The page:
Career Spotlight: Hawaiian Language and Hawaiian Studies
This career spotlight focuses on two unique academic undergraduate and graduate programs under the Hawai‘inuiākea School of Hawaiian Knowledge: the Kamakakūokalani Center for Hawaiian Studies and the Kawaihuelani Center for Hawaiian Language. Hawai‘inuiākea is the largest program in the world for the study of the vast body of Hawaiian knowledge and culture. Its mission is interdisciplinary as it aims to “pursue, perpetuate, research and revitalize all areas and forms of Hawaiian knowledge, including its language, origins, history, arts, sciences, literature, religion, education, law and society, political, medicinal, and cultural practices as well as all other forms of knowledge” (http://manoa.hawaii.edu/hshk/).
In support of this mission, the Hawaiian Language and Hawaiian Studies programs provide unique learning and experiential opportunities that empower students to develop a blend of knowledge, skills and abilities all of which are highly valued in a broad array of career areas and industries. Students shared their stories in the Student Voices tabs below providing insights into their personal journeys and after-graduation career plans. For more information about these programs, please visit http://manoa.hawaii.edu/hshk/
*We would like to thank the Hawai‘inuiākea School of Hawaiian Knowledge for their collaborative support and expertise on this project.
1) What inspired you to decide to major in Hawaiian Language and/or Hawaiian Studies?
As a Native Hawaiian, practicing our cultural arts has always been my passion igniting a desire to immerse myself in Hawaiian Studies. I felt fortunate to be able to acquire a depth of knowledge concerning my culture, history and language at the Kamakūokalani Center for Hawaiian Studies.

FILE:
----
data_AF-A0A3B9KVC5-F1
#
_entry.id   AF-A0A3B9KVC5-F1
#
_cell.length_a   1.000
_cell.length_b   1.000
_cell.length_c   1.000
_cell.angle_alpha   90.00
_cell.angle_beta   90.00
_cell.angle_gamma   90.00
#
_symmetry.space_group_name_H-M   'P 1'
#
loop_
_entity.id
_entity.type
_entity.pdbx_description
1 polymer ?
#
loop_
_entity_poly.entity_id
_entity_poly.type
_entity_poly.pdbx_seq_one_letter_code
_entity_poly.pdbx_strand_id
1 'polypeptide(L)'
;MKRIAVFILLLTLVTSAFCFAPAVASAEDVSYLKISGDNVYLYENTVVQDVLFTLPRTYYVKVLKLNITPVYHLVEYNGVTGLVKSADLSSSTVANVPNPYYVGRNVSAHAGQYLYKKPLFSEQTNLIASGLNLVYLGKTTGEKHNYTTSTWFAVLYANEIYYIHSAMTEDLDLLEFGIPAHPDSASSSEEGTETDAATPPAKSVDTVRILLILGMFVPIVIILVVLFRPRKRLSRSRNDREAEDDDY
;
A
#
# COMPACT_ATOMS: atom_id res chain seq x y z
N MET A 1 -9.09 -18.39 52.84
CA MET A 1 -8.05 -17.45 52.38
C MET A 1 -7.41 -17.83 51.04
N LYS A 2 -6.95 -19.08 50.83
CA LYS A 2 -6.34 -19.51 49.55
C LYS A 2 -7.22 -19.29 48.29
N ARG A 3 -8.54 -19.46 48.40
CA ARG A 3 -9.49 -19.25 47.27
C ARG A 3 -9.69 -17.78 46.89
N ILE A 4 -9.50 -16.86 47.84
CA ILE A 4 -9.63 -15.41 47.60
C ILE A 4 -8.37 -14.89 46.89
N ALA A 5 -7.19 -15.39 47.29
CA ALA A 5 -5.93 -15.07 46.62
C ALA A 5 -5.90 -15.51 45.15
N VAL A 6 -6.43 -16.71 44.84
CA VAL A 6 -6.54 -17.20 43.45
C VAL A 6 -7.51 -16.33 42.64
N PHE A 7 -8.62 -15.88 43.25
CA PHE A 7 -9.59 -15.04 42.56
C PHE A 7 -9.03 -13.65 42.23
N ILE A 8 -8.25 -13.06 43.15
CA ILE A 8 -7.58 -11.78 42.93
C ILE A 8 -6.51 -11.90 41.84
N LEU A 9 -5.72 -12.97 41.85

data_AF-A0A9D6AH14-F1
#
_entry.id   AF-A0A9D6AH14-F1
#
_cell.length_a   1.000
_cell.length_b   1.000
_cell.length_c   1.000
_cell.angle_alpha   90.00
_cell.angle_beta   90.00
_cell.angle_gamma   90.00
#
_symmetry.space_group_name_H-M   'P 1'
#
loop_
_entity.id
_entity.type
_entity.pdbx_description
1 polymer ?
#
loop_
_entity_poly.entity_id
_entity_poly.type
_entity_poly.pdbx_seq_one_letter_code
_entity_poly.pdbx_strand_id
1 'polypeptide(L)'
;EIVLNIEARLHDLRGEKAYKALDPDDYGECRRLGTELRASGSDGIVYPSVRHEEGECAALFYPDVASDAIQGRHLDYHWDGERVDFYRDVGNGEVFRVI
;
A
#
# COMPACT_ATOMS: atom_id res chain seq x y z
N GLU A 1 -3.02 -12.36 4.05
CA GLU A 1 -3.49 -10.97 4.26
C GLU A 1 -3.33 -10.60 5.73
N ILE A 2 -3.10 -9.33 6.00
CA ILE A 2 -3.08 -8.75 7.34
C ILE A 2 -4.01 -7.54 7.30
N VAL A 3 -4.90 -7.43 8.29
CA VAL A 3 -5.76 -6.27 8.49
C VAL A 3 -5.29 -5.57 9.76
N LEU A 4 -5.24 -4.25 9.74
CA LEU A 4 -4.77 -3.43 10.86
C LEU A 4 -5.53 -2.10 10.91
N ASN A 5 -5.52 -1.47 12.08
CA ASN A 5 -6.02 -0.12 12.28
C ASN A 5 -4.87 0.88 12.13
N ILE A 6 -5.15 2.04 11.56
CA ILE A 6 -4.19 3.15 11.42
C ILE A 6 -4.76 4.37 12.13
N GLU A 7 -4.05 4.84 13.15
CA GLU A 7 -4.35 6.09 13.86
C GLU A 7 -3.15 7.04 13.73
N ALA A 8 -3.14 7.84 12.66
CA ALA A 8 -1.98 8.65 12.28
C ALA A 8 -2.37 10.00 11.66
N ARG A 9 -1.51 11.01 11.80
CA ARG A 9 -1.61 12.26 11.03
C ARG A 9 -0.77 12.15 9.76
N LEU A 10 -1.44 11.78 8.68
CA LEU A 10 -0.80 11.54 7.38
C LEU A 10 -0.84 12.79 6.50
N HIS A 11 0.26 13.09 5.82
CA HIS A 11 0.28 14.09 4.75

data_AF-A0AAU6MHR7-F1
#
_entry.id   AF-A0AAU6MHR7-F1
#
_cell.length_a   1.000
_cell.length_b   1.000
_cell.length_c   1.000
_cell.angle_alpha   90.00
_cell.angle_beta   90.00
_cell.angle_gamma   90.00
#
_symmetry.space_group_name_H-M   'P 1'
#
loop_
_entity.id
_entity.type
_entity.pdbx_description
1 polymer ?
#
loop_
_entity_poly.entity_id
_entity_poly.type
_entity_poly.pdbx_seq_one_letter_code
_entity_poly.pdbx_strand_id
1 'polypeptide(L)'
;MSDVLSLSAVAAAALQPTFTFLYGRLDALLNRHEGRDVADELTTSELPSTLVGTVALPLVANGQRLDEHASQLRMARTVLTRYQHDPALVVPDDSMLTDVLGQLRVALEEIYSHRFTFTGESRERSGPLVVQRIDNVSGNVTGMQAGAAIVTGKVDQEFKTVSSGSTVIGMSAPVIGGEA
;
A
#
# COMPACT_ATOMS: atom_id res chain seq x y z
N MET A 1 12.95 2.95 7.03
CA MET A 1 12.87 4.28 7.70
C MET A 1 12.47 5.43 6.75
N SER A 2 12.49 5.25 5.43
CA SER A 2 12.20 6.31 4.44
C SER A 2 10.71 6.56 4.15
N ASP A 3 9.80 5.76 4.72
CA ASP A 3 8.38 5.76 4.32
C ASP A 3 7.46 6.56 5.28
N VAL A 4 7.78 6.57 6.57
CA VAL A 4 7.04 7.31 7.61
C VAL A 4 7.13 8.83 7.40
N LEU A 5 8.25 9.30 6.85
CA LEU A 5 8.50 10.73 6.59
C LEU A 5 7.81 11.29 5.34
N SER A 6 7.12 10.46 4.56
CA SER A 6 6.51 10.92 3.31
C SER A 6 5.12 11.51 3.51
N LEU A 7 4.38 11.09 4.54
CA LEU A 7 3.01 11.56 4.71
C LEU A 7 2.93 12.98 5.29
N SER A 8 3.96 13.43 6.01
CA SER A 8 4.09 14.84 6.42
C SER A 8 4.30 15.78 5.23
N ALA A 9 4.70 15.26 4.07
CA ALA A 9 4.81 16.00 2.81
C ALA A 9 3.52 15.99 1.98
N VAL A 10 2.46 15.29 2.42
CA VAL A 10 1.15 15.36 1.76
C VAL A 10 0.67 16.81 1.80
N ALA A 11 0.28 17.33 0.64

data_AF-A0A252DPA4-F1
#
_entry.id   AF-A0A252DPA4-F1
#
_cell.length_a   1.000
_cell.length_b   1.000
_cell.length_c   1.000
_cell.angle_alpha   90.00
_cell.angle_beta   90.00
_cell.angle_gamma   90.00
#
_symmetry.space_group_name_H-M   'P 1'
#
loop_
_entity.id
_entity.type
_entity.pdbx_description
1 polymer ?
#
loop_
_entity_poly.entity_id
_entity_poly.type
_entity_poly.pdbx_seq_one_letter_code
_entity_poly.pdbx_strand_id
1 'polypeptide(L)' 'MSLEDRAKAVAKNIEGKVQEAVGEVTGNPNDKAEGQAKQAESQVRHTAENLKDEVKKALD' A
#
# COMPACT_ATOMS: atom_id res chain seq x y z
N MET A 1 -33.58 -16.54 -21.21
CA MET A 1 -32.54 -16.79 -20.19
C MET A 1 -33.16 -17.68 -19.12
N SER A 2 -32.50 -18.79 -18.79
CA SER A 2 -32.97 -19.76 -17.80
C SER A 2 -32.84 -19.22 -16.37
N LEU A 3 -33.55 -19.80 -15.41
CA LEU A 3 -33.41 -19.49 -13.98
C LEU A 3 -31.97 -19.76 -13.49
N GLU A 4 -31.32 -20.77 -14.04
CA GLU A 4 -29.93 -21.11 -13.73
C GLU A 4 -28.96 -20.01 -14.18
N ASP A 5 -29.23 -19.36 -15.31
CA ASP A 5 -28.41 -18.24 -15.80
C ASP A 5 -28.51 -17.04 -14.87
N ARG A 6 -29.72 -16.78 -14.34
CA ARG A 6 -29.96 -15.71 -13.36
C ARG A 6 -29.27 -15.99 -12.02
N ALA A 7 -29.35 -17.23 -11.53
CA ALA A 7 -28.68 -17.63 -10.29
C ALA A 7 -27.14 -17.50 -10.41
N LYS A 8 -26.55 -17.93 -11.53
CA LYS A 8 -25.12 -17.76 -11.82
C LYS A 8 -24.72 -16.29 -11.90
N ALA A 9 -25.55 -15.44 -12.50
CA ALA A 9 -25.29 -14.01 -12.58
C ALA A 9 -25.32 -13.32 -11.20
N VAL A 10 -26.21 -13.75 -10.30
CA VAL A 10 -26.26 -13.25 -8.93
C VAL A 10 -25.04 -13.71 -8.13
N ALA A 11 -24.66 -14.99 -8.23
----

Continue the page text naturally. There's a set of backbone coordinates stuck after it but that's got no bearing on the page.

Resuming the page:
I was born in Hawai‘i, grew up in Southern California with my mom, but made annual winter and summer trips back home to visit my dad. Away from Hawai‘i, I was raised with a strong awareness and appreciation that I am Hawaiian and that Hawai‘i is my home. I have a Hawaiian first name which, reflecting on it now, I think instilled this constant subconscious awareness of my roots. Growing up, I was always eager to learn more about my culture and history. I remember turning any self-directed project in elementary, middle and high school into something about Hawai‘i, allowing me to learn a little bit more and express my Hawaiian identity. After I graduated high school, I first went to Embry-Riddle Aeronautical university to study aerospace engineering because I loved airplanes and legos as a kid…and I still do now! But I quickly realized I don’t want to spend the rest of my life in a cubical designing airplanes one super hard math and physics problem at a time. That wasn’t for me! So I transferred to UH Mānoa to study art. I was really into ceramics and art history at the time. Not really knowing which classes to take, I decided to take Hawaiian Studies 107 and Hawaiian Language101 during my first semester since both of them fulfilled graduation requirements. After that, I was hooked…switched my major to Hawaiian Studies, and the rest is history.